This is a crochet pattern review of the Snowdrop Mod Scarf designed by Megan for Left in Knots. Review done by Kami Jones for Cre8tion Crochet.
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Hi! This is Kami. Be sure to come join me over on Instagram and say Hi.
The team here at Cre8tion Crochet decided to focus some of our content for the next couple months on Megan of Left in Knots. Her husband’s cancer journey has taken away from her ability to work this holiday season. You can read more about her story on Instagram. My contribution is a three part pattern review series that I am calling Mondays for Megan. I am also hoping to continue on my Instagram sharing one of her patterns I have made every Monday through Christmas.
Megan of Left in Knots is well known in the crochet community for her water balloon pattern and her vintage red truck blankets. She also has brought us Seven Days of Scarfie for several years. All Megan’s patterns are free to view on the Left in Knots Website. I chose to purchase the ones that I’m featuring to help support her family, you can find her patterns on Ravelry.
The first design that I’m sharing is one of her oldest and most popular patterns, the Snowdrop Mod Scarf. She has quite a few scarf patterns available on her website. I love the Autumn Chill Super Scarf, which is her most popular scarf pattern; unfortunately, it just doesn’t get cold enough here to justify making one. If infinity scarves are more your style take a look at the Gingersnap Scarf. For a more unique style, I like the Morning Frost Scarf; worked up as a rectangle with fancy tassel fringe. I chose the Snowdrop scarf because I love the star stitch that it featured in this pattern. If you love the star stitch too, she has a whole Snowdrop collection including a hat, mittens and slipper socks. Carrie from Mountain Momma Crochet has a review for the Coffee Bean Ear Warmer. Plus, check out the Designer Showcase by Emily from Crochet Aweigh.
I chose this pattern partly because of the star stitch. It has amazing texture with the star stitch alternating with the half double crochet. And because of those fun tassels. Obviously many others from the crochet community feel the same because there are over 100 projects on ravelry for this scarf. Not to mention it has been favorited over 2000 times! This is one of her most popular patterns and I can definitely see why.
What Materials Do You Need to Crochet a Triangle Scarf?
- 440 yards Caron Cakes (#4 Worsted Weight Yarn) in Buttercream
- I9/5.5mm Crochet Hook
- Tapestry Needle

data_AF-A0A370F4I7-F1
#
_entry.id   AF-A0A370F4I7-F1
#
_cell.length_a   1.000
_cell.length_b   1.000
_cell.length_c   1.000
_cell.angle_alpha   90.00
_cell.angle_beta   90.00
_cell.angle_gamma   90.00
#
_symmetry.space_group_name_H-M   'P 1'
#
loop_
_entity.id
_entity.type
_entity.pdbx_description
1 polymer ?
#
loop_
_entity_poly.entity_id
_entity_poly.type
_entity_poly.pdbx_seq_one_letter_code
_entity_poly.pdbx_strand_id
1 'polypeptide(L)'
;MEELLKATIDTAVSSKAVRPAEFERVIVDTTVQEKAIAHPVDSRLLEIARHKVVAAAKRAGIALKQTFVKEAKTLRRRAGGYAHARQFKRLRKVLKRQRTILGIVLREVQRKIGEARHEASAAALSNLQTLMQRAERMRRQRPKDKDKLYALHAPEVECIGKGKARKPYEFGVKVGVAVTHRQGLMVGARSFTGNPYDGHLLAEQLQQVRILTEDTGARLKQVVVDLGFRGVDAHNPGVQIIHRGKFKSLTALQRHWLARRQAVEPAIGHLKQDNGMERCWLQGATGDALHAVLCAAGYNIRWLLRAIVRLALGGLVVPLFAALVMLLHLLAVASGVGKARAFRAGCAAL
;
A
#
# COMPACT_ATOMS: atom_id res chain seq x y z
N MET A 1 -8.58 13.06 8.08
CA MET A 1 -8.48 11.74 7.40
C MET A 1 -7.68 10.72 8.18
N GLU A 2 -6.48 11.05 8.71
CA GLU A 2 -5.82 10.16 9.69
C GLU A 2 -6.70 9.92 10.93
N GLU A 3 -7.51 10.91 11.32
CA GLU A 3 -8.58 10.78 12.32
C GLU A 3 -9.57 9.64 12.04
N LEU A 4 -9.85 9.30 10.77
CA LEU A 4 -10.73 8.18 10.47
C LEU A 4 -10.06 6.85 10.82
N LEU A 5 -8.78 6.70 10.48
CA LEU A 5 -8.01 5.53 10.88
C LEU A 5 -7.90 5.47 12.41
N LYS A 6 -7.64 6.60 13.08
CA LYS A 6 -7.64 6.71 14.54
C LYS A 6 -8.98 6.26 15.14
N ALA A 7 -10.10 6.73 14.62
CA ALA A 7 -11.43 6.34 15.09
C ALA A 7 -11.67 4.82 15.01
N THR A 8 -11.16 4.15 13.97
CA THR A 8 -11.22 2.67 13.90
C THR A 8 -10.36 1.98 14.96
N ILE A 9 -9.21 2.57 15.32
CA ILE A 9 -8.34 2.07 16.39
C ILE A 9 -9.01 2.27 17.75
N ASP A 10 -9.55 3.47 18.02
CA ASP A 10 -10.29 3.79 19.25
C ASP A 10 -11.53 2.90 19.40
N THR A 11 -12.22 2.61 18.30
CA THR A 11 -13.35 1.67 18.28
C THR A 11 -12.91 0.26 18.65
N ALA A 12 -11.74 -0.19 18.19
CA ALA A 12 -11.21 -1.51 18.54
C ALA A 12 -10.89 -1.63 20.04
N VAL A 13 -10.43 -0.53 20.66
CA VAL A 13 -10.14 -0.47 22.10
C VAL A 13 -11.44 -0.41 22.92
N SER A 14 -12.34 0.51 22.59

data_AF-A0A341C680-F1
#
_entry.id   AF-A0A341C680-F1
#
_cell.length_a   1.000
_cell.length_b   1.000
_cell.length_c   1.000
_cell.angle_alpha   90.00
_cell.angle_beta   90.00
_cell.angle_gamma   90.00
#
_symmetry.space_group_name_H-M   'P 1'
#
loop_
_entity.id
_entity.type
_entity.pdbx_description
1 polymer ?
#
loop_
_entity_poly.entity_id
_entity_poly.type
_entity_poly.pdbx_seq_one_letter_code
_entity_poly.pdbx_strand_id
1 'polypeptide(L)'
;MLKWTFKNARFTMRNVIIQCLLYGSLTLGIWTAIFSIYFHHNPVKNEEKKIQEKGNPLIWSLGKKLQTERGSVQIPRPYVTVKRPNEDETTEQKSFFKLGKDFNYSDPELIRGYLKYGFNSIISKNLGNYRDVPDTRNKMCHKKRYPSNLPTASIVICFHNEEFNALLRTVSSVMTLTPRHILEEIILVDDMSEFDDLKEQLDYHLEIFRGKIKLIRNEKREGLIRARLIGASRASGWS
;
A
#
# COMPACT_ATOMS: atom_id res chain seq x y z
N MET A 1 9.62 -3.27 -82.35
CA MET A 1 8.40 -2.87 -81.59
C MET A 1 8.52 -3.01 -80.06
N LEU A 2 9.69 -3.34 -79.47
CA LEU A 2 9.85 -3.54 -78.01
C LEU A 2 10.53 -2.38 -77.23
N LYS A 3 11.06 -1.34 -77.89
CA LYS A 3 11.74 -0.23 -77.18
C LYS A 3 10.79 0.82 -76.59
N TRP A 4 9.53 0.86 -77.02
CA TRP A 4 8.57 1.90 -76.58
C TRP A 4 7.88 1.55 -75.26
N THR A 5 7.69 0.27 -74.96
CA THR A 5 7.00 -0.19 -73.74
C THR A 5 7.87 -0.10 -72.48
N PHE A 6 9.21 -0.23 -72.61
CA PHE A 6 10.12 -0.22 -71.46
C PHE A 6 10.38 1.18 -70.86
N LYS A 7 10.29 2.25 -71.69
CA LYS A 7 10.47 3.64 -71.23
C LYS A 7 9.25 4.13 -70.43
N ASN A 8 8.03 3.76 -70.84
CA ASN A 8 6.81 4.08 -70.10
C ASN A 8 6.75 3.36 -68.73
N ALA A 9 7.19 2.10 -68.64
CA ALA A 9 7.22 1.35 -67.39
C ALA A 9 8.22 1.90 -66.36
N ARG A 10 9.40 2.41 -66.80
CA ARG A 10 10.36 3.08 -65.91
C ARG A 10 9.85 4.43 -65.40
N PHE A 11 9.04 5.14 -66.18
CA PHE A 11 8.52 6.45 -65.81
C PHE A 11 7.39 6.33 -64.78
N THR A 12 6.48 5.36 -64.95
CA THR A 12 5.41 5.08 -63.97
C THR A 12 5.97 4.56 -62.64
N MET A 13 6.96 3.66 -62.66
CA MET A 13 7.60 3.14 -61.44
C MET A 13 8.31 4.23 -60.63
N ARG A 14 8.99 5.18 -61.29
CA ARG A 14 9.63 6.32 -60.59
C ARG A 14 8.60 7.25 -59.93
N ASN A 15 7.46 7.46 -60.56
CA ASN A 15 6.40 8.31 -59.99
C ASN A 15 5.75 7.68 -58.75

- Tassel Maker (optional)
- Snowdrops Mod Scarf Pattern free on Left in Knots Website
I used the same yarn as the designer but in a different colorway. Caron Cakes is 80% Acrylic and 20% wool, so if you’re making for someone with wool sensitivities you’ll have to substitute. Megaball Aran from Hobbi or Red Heart Comfort are good solid color options for substitutions. Cascade Anthem Rondo available at LoveCrafts is a very close self striping yarn option. With all the projects using this pattern on Ravelry, I’m sure you can find plenty of substitution ideas there as well. Although Megan says that this pattern only uses one cake, I found that I needed more for mine.
A tassel maker is helpful here, but you can do it without. I used a deck of uno cards to wrap my yarn around but you could also use a small book or a piece of cardboard cut to your desired length.
How Long Does it Take to Crochet a Triangle Scarf?
It took me about four and a half hours to make this scarf. This includes the time to crochet the whole length and make and add the tassels.
6′ 2″ in length not including tassels
12″ at the widest point
The designer does not provide a gauge for this project. My gauge was 14 hdc stitches x 10 pattern rows is equal to 4″ unblocked.
I really like the shaping on this scarf and the tassels are a fun addition!
Unfortunately, the designer did not include a gauge for this pattern. The finished measurements are also pretty vague, just stating that it’s approximately 6 feet long. This pattern would be a little more difficult to adjust, but if you needed it to be longer you could add some additional rows in the middle without increases. If you needed it shorter you could take out a few rows in the middle, but it would also affect the width. You would also have to know your desired length beforehand so that you could make the adjustments when you got to the middle.
Overall though I really enjoyed making this scarf and would definitely make it again.
Be sure to join me over on Instagram for more fun projects and inspiration.
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